The University of Southampton
University of Southampton Institutional Repository

Meaning, motive and reconfiguration: could Activity Theory provide design directions for personal fitness technology?

Meaning, motive and reconfiguration: could Activity Theory provide design directions for personal fitness technology?
Meaning, motive and reconfiguration: could Activity Theory provide design directions for personal fitness technology?
This paper reflects on how Activity Theory might be applied to suggest new design directions for technology that aims to support and promote personal health objectives like fitness or weight loss. We draw on interviews with people who have established fitness practices (running or cycling) and those who use devices like the Fitbit in order to understand how Activity Theory concepts can help to explain aspects of their practice. We draw on existing work in Activity Theory to suggest two new frames. First, an action-meaning frame that encourages us to consider the meaningful motives behind an activity, and to situate in-the-moment instrumental motivation within that meaningful context, second, a cultural-historical frame that encourages us to consider the historicity of personal healthful activity – where our activities came from – and the possible future activities that current activities could be reconfigured into. We suggest possible design approaches – such as designing in support of the ‘activity formation process’ itself, as promising avenues for future research.
Gomer, Richard
71c5969f-2da0-47ab-b2fb-a7e1d07836b1
schraefel, m.c.
ac304659-1692-47f6-b892-15113b8c929f
Gomer, Richard
71c5969f-2da0-47ab-b2fb-a7e1d07836b1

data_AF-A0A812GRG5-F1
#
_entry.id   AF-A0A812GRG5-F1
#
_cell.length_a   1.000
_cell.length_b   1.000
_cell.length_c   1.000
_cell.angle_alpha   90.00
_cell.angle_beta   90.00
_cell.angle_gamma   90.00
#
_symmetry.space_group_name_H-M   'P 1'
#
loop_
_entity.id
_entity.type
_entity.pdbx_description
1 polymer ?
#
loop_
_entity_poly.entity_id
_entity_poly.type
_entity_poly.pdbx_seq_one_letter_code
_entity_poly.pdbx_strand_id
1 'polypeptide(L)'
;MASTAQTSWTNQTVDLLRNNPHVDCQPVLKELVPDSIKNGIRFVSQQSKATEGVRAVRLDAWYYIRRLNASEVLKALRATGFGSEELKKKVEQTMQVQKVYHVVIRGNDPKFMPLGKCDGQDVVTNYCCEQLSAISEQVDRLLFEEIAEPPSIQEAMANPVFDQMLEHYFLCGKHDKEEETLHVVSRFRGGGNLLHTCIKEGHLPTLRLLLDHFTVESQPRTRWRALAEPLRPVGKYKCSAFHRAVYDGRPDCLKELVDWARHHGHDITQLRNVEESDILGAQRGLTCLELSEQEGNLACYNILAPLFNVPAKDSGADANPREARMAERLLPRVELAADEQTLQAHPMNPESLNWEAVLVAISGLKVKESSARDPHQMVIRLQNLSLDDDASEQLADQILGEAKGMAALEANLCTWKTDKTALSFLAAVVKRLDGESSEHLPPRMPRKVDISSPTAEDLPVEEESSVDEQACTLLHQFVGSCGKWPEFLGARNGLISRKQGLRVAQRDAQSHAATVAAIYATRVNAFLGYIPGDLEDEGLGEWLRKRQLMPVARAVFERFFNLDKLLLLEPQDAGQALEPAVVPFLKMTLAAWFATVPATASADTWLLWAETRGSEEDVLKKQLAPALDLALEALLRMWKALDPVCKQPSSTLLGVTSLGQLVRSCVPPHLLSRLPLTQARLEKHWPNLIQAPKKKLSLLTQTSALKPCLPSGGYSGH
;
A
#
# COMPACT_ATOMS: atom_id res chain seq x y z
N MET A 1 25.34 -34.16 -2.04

schraefel, m.c.
ac304659-1692-47f6-b892-15113b8c929f

Gomer, Richard and schraefel, m.c. (2021) Meaning, motive and reconfiguration: could Activity Theory provide design directions for personal fitness technology? Body as Starting Point 4: CHI2021 Workshop on inbodied interaction, Online. 11 pp .

Record type: Conference or Workshop Item (Paper)

Abstract

This paper reflects on how Activity Theory might be applied to suggest new design directions for technology that aims to support and promote personal health objectives like fitness or weight loss. We draw on interviews with people who have established fitness practices (running or cycling) and those who use devices like the Fitbit in order to understand how Activity Theory concepts can help to explain aspects of their practice. We draw on existing work in Activity Theory to suggest two new frames. First, an action-meaning frame that encourages us to consider the meaningful motives behind an activity, and to situate in-the-moment instrumental motivation within that meaningful context, second, a cultural-historical frame that encourages us to consider the historicity of personal healthful activity – where our activities came from – and the possible future activities that current activities could be reconfigured into. We suggest possible design approaches – such as designing in support of the ‘activity formation process’ itself, as promising avenues for future research.

Text
Inbodied4_paper_4 - Author's Original
Download (128kB)

More information

Published date: 7 May 2021
Venue - Dates: Body as Starting Point 4: CHI2021 Workshop on inbodied interaction, Online, 2021-05-07

Identifiers

Local EPrints ID: 449335
URI: http://eprints.soton.ac.uk/id/eprint/449335
PURE UUID: c3ae7619-1d70-4abb-8089-55c4a7b7a7a0

Catalogue record

Date deposited: 25 May 2021 16:32
Last modified: 25 May 2021 16:32

Export record

Contributors

Author: Richard Gomer
Author: m.c. schraefel

University divisions

Download statistics

Downloads from ePrints over the past year. Other digital versions may also be available to download e.g. from the publisher's website.

View more statistics

Atom RSS 1.0 RSS 2.0

Contact ePrints Soton: eprints@soton.ac.uk

ePrints Soton supports OAI 2.0 with a base URL of http://eprints.soton.ac.uk/cgi/oai2

This repository has been built using EPrints software, developed at the University of Southampton, but available to everyone to use.

We use cookies to ensure that we give you the best experience on our website. If you continue without changing your settings, we will assume that you are happy to receive cookies on the University of Southampton website.

×